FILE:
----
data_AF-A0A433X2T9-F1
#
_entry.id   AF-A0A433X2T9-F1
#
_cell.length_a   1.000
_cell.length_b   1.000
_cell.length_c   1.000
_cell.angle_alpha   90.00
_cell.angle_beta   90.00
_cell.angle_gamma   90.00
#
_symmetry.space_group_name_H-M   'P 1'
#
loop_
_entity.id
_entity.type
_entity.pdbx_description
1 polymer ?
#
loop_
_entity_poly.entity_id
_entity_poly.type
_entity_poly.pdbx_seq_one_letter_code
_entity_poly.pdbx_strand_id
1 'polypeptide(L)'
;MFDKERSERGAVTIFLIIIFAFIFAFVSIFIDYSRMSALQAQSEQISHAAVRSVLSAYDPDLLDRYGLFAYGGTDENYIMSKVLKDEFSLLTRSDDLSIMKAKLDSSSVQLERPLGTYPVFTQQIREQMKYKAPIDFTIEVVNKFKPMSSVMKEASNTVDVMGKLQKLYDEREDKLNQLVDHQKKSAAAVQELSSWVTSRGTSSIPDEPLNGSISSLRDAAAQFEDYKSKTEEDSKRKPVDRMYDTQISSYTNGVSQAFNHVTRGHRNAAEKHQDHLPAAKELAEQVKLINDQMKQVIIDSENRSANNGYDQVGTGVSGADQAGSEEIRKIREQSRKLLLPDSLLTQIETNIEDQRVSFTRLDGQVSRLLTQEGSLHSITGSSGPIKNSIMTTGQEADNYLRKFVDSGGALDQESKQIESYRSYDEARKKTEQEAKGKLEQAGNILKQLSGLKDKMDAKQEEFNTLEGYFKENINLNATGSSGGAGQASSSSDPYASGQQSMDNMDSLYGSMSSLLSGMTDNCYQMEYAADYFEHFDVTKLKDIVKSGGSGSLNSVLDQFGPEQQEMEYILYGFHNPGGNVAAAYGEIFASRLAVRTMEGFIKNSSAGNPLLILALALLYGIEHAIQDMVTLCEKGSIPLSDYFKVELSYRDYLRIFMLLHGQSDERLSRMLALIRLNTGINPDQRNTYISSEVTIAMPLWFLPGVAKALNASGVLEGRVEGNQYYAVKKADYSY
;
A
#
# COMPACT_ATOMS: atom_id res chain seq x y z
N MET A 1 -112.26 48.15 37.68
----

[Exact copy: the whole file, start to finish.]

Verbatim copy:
data_AF-A0A433X2T9-F1
#
_entry.id   AF-A0A433X2T9-F1
#
_cell.length_a   1.000
_cell.length_b   1.000
_cell.length_c   1.000
_cell.angle_alpha   90.00
_cell.angle_beta   90.00
_cell.angle_gamma   90.00
#
_symmetry.space_group_name_H-M   'P 1'
#
loop_
_entity.id
_entity.type
_entity.pdbx_description
1 polymer ?
#
loop_
_entity_poly.entity_id
_entity_poly.type
_entity_poly.pdbx_seq_one_letter_code
_entity_poly.pdbx_strand_id
1 'polypeptide(L)'
;MFDKERSERGAVTIFLIIIFAFIFAFVSIFIDYSRMSALQAQSEQISHAAVRSVLSAYDPDLLDRYGLFAYGGTDENYIMSKVLKDEFSLLTRSDDLSIMKAKLDSSSVQLERPLGTYPVFTQQIREQMKYKAPIDFTIEVVNKFKPMSSVMKEASNTVDVMGKLQKLYDEREDKLNQLVDHQKKSAAAVQELSSWVTSRGTSSIPDEPLNGSISSLRDAAAQFEDYKSKTEEDSKRKPVDRMYDTQISSYTNGVSQAFNHVTRGHRNAAEKHQDHLPAAKELAEQVKLINDQMKQVIIDSENRSANNGYDQVGTGVSGADQAGSEEIRKIREQSRKLLLPDSLLTQIETNIEDQRVSFTRLDGQVSRLLTQEGSLHSITGSSGPIKNSIMTTGQEADNYLRKFVDSGGALDQESKQIESYRSYDEARKKTEQEAKGKLEQAGNILKQLSGLKDKMDAKQEEFNTLEGYFKENINLNATGSSGGAGQASSSSDPYASGQQSMDNMDSLYGSMSSLLSGMTDNCYQMEYAADYFEHFDVTKLKDIVKSGGSGSLNSVLDQFGPEQQEMEYILYGFHNPGGNVAAAYGEIFASRLAVRTMEGFIKNSSAGNPLLILALALLYGIEHAIQDMVTLCEKGSIPLSDYFKVELSYRDYLRIFMLLHGQSDERLSRMLALIRLNTGINPDQRNTYISSEVTIAMPLWFLPGVAKALNASGVLEGRVEGNQYYAVKKADYSY
;
A
#
# COMPACT_ATOMS: atom_id res chain seq x y z
N MET A 1 -112.26 48.15 37.68